What is handmade?

In this morning's NY Times, there was an Op-Ed article by Elizabeth Wayland Barber about Etsy's recent policy change and the definition of 'handmade'. 

In my humble opinion, Barber misses the point. 

According to her, "the truth is that almost none of the objects that we think of as handmade truly are", as everyone uses some sort of a mechanical device in the production process. For example, people like me use sewing machines, card makers print their designs on store-bought paper, and knitters use ready-made yarn (and even if they spin their own yarn, they use a spinning wheel, which, of course, is a machine, despite having been invented in the Middle Ages). 

I've been grappling with the definition of handmade ever since I started my business, and came to the conclusion that it's not the tools we use or even the number of people involved that defines it. 

Etsy's recent policy change is problematic, not because handmade artists purport to create everything by hand without using any machinery, but because it allows for a complete disconnect between the artist and the production process.  

Merely demonstrating 'authorship, responsibility and transparency' does not qualify an item as handmade. Under the new policy, I, for example, could design a bag, commission a manufacturer in China or Bangladesh to produce this design, and have them drop-ship to my customers.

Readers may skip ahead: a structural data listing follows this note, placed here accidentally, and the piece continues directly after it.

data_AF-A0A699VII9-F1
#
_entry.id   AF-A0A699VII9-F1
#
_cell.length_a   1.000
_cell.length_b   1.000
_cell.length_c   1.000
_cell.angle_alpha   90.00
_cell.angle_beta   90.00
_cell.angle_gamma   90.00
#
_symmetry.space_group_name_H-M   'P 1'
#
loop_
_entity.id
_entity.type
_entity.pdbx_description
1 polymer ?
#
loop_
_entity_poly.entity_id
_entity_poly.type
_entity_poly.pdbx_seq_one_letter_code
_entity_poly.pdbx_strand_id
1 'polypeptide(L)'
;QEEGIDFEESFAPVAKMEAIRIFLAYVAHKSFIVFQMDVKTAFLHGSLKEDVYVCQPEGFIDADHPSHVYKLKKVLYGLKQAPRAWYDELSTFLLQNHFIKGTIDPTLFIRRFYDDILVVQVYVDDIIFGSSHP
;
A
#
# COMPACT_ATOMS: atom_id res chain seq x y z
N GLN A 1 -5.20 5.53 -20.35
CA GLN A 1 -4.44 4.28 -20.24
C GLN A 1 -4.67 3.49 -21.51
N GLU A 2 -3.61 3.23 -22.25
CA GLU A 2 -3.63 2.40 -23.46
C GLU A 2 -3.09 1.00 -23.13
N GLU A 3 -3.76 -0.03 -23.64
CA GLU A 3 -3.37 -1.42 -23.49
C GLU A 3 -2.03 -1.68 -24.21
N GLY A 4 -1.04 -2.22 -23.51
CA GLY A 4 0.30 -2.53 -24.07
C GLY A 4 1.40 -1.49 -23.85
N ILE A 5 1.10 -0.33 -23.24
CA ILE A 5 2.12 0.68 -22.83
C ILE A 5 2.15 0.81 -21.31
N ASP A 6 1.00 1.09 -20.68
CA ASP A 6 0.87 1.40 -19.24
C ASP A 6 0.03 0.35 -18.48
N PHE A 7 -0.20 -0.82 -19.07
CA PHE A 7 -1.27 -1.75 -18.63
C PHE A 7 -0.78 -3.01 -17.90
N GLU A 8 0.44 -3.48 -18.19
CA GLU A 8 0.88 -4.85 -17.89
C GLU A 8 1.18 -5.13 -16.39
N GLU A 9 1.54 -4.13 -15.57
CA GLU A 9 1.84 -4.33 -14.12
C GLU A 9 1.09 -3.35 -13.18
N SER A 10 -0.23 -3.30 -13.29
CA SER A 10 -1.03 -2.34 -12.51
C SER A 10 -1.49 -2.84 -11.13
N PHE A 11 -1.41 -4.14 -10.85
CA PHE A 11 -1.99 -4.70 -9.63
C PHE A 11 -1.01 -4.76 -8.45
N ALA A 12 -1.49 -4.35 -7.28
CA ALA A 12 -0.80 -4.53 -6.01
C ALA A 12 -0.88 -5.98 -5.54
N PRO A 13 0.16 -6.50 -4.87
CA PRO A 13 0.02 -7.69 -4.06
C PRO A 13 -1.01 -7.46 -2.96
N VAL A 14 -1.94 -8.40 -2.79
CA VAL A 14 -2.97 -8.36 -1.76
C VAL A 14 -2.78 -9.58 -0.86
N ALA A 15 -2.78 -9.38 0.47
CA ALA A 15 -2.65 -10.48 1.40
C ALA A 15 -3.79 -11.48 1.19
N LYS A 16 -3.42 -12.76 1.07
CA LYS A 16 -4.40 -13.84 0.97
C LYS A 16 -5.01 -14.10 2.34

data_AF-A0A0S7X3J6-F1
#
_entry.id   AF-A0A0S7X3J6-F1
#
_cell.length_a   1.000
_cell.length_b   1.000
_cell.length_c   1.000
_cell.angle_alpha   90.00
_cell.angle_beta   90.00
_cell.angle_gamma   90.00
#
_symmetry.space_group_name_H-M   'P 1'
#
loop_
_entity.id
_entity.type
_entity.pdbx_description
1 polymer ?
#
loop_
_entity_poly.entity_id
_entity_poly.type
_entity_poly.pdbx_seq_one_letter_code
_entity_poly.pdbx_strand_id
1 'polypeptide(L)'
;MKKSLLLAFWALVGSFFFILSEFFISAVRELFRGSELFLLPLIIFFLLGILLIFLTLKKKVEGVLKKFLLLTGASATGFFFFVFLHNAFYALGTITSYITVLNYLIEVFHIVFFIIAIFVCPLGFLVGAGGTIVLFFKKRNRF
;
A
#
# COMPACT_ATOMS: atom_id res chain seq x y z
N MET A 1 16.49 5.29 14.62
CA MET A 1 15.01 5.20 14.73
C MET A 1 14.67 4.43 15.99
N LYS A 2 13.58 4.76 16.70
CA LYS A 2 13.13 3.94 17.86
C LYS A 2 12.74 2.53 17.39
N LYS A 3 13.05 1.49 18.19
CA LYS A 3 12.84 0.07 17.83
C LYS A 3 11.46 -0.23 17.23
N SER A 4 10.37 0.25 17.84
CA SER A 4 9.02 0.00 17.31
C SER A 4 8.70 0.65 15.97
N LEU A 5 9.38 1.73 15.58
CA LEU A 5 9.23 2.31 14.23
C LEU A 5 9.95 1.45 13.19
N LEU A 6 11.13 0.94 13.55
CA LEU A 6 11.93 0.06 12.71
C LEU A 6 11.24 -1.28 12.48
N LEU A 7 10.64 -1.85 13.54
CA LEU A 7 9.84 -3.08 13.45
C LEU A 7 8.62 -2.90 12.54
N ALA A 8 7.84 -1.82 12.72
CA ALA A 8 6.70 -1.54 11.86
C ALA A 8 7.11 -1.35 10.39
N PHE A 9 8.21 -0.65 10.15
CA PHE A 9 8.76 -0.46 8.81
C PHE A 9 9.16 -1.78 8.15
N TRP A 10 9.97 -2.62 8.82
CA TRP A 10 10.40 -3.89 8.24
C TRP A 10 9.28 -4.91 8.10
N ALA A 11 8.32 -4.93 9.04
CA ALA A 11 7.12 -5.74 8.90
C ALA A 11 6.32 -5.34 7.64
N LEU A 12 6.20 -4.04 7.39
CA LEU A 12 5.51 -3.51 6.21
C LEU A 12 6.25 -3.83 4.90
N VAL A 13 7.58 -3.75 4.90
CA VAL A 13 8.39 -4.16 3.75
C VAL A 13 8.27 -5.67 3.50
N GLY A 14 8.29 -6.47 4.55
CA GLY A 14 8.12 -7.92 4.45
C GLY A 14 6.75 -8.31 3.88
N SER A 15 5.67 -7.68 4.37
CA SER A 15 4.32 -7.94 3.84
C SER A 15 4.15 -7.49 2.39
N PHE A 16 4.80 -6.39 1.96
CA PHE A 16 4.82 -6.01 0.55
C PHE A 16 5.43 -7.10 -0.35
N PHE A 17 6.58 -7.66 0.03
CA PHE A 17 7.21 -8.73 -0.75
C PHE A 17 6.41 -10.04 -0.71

Theoretically, I only need to prove that it is my own design and disclose that someone else made it in order to sell it as 'handmade' on Etsy. To me, the fact that the person holding authorship does not have to touch the 'handmade' product even once, makes no sense at all. According to the new policy, contrary to what Barber claims, EVERYTHING in the world is handmade, is it not? 

There is a designer behind every product - someone designed the vase from Crate & Barrel, the chair from West Elm, the card from Paper Source. How they produced them - whether or not they used a machine, or commissioned a factory in China - is irrelevant, as long as there is someone who claims ownership of the design, and they were produced in a 'responsible' and 'transparent' way.  

Barber closes her argument by stating that "just because an object includes manufactured parts doesn't mean it can't reflect the touch of an individual creator's hand". Of course not. The crux of the issue is not the use of machinery or manufactured parts - it is the connection between the individual artist and the finished product that is vital for the "happy unmechanical surprises of human quirkiness".